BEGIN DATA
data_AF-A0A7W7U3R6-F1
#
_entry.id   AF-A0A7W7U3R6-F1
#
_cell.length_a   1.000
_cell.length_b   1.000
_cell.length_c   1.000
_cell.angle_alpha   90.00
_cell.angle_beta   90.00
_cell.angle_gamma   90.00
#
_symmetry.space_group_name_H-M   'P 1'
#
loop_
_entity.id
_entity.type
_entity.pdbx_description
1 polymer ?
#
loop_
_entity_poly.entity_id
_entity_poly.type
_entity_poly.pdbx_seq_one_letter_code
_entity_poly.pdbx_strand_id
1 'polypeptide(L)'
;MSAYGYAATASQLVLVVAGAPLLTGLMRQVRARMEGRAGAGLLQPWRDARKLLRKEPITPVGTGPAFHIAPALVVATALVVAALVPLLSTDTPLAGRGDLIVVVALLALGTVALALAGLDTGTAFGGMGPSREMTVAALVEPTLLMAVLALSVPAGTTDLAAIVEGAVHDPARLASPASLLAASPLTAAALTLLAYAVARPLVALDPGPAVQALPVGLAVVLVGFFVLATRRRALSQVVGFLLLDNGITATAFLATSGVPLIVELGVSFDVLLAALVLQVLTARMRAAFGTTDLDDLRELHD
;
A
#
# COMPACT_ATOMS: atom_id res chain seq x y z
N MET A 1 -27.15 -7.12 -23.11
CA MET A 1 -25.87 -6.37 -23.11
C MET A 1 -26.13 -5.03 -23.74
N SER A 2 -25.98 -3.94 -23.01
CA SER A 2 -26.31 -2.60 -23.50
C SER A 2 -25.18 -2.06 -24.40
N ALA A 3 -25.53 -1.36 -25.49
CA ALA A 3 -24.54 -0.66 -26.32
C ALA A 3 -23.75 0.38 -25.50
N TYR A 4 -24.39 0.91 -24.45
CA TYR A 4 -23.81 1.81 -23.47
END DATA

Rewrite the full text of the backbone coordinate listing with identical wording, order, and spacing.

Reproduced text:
data_AF-A0A7W7U3R6-F1
#
_entry.id   AF-A0A7W7U3R6-F1
#
_cell.length_a   1.000
_cell.length_b   1.000
_cell.length_c   1.000
_cell.angle_alpha   90.00
_cell.angle_beta   90.00
_cell.angle_gamma   90.00
#
_symmetry.space_group_name_H-M   'P 1'
#
loop_
_entity.id
_entity.type
_entity.pdbx_description
1 polymer ?
#
loop_
_entity_poly.entity_id
_entity_poly.type
_entity_poly.pdbx_seq_one_letter_code
_entity_poly.pdbx_strand_id
1 'polypeptide(L)'
;MSAYGYAATASQLVLVVAGAPLLTGLMRQVRARMEGRAGAGLLQPWRDARKLLRKEPITPVGTGPAFHIAPALVVATALVVAALVPLLSTDTPLAGRGDLIVVVALLALGTVALALAGLDTGTAFGGMGPSREMTVAALVEPTLLMAVLALSVPAGTTDLAAIVEGAVHDPARLASPASLLAASPLTAAALTLLAYAVARPLVALDPGPAVQALPVGLAVVLVGFFVLATRRRALSQVVGFLLLDNGITATAFLATSGVPLIVELGVSFDVLLAALVLQVLTARMRAAFGTTDLDDLRELHD
;
A
#
# COMPACT_ATOMS: atom_id res chain seq x y z
N MET A 1 -27.15 -7.12 -23.11
CA MET A 1 -25.87 -6.37 -23.11
C MET A 1 -26.13 -5.03 -23.74
N SER A 2 -25.98 -3.94 -23.01
CA SER A 2 -26.31 -2.60 -23.50
C SER A 2 -25.18 -2.06 -24.40
N ALA A 3 -25.53 -1.36 -25.49
CA ALA A 3 -24.54 -0.66 -26.32
C ALA A 3 -23.75 0.38 -25.50
N TYR A 4 -24.39 0.91 -24.45
CA TYR A 4 -23.81 1.81 -23.47